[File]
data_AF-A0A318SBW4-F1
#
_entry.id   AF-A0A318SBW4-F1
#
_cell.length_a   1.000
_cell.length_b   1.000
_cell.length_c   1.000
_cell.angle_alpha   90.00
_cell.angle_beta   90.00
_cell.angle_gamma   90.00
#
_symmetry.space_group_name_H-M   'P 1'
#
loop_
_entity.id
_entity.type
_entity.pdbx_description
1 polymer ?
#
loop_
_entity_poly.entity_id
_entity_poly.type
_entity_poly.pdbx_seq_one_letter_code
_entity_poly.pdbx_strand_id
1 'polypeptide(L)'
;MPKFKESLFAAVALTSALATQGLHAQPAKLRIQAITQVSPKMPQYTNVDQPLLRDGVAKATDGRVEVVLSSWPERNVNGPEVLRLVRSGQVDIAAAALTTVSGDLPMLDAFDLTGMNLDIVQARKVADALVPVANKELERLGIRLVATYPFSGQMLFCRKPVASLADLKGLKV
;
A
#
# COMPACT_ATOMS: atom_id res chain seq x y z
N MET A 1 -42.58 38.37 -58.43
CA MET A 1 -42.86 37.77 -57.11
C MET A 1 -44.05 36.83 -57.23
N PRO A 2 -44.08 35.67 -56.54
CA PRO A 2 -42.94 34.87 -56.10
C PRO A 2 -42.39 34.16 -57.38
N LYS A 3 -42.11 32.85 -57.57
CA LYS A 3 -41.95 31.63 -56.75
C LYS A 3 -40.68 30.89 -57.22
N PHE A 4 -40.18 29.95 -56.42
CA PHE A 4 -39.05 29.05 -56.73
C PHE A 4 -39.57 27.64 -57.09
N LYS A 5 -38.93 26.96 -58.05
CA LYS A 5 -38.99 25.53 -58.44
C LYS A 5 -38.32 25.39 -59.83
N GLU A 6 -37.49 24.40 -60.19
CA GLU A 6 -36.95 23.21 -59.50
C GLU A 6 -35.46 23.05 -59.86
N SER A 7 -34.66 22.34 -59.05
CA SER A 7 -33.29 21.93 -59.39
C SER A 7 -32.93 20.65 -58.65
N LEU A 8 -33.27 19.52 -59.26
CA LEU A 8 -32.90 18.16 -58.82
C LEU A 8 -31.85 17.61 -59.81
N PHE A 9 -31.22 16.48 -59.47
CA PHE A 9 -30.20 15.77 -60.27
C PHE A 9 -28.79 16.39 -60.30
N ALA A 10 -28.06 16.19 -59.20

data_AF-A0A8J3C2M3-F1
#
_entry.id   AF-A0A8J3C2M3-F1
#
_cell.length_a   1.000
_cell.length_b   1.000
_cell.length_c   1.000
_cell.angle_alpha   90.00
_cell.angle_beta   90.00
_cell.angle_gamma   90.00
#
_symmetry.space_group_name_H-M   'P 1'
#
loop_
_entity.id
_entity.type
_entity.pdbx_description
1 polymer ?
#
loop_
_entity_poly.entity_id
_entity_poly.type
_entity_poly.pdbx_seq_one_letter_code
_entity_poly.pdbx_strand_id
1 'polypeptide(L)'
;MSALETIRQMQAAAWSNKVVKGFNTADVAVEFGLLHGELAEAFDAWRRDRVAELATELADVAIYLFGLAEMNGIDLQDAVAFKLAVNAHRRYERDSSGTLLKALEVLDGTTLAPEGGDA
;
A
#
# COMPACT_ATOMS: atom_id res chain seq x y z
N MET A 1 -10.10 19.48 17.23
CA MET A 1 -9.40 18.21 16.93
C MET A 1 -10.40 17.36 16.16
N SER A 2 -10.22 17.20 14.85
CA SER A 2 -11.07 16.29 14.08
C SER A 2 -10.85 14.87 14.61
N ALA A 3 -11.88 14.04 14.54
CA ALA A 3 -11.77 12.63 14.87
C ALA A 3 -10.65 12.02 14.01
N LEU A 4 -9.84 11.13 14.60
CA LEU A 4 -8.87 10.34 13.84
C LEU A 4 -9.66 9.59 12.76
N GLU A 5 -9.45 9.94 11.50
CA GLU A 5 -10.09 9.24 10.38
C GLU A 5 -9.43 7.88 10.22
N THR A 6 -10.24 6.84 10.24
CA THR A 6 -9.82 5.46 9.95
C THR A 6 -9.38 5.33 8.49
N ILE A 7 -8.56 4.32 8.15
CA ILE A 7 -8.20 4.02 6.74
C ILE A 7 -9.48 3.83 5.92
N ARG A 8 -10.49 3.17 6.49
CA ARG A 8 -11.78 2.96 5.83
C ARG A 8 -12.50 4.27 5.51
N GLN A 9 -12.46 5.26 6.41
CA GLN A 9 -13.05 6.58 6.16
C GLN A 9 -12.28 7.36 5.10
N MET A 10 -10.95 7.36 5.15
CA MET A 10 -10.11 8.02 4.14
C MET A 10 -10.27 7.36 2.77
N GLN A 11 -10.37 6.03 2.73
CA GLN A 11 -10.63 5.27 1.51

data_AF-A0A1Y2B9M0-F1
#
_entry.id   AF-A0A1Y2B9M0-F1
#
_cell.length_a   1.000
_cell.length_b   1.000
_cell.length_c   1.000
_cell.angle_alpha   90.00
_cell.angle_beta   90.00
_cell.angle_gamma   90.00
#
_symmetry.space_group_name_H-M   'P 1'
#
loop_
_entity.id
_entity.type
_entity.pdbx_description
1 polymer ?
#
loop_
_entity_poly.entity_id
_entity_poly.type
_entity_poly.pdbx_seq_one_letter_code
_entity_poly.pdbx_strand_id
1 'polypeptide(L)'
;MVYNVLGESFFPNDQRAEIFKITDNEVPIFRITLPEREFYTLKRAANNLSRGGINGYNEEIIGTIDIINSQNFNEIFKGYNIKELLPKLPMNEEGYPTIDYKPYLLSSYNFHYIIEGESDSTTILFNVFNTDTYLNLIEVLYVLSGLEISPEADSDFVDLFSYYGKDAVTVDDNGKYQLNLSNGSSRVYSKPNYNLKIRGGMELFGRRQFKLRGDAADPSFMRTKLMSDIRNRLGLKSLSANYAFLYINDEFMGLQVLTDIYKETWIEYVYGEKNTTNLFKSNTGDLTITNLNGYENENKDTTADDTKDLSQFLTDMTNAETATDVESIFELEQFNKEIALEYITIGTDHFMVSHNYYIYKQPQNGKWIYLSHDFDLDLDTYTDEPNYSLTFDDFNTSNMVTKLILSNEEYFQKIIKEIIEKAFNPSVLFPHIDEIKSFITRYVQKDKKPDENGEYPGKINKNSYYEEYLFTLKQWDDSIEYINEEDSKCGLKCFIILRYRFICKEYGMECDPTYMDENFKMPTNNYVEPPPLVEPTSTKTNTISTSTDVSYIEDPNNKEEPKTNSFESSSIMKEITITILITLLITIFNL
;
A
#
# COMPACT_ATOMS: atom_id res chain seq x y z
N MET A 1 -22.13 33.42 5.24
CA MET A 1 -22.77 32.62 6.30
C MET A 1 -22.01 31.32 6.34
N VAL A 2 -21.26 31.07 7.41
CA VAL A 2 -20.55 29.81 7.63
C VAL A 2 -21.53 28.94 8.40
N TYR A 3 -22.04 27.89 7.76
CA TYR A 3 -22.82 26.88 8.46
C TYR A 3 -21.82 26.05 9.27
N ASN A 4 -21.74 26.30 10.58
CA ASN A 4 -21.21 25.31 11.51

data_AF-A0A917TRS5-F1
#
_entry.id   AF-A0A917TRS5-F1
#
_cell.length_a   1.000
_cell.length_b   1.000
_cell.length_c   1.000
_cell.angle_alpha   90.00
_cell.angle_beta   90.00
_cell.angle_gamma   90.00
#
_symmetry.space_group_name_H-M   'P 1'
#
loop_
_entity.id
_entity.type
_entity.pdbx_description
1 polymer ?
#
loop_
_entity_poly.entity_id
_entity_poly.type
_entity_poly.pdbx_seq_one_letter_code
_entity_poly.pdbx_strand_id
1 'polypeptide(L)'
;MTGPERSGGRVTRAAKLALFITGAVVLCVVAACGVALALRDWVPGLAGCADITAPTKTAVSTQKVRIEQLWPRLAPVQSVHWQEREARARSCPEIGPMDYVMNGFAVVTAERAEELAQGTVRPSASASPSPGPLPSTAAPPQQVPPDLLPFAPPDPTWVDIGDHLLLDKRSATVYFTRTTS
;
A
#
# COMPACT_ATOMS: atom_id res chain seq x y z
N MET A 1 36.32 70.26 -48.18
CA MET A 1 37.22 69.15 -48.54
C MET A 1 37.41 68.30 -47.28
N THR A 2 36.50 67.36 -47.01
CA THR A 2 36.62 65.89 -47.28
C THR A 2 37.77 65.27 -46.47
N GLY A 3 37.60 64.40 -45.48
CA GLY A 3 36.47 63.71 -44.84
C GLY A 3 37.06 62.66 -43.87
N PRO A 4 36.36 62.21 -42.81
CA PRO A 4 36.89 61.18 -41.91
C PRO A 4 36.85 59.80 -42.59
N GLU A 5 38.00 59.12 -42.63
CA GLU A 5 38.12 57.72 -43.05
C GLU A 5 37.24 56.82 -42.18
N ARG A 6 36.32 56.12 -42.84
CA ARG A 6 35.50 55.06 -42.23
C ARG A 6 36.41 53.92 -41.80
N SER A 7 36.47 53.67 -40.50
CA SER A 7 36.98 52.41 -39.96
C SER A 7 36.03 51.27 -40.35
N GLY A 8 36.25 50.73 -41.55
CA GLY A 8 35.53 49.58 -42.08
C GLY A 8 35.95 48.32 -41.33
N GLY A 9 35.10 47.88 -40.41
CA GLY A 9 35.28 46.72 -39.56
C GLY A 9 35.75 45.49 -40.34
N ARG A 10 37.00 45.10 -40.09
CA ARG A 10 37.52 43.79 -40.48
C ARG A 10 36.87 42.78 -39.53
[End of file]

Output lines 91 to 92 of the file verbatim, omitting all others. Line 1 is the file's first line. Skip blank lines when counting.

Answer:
C MET A 1 -10.40 17.36 16.16
N SER A 2 -10.22 17.20 14.85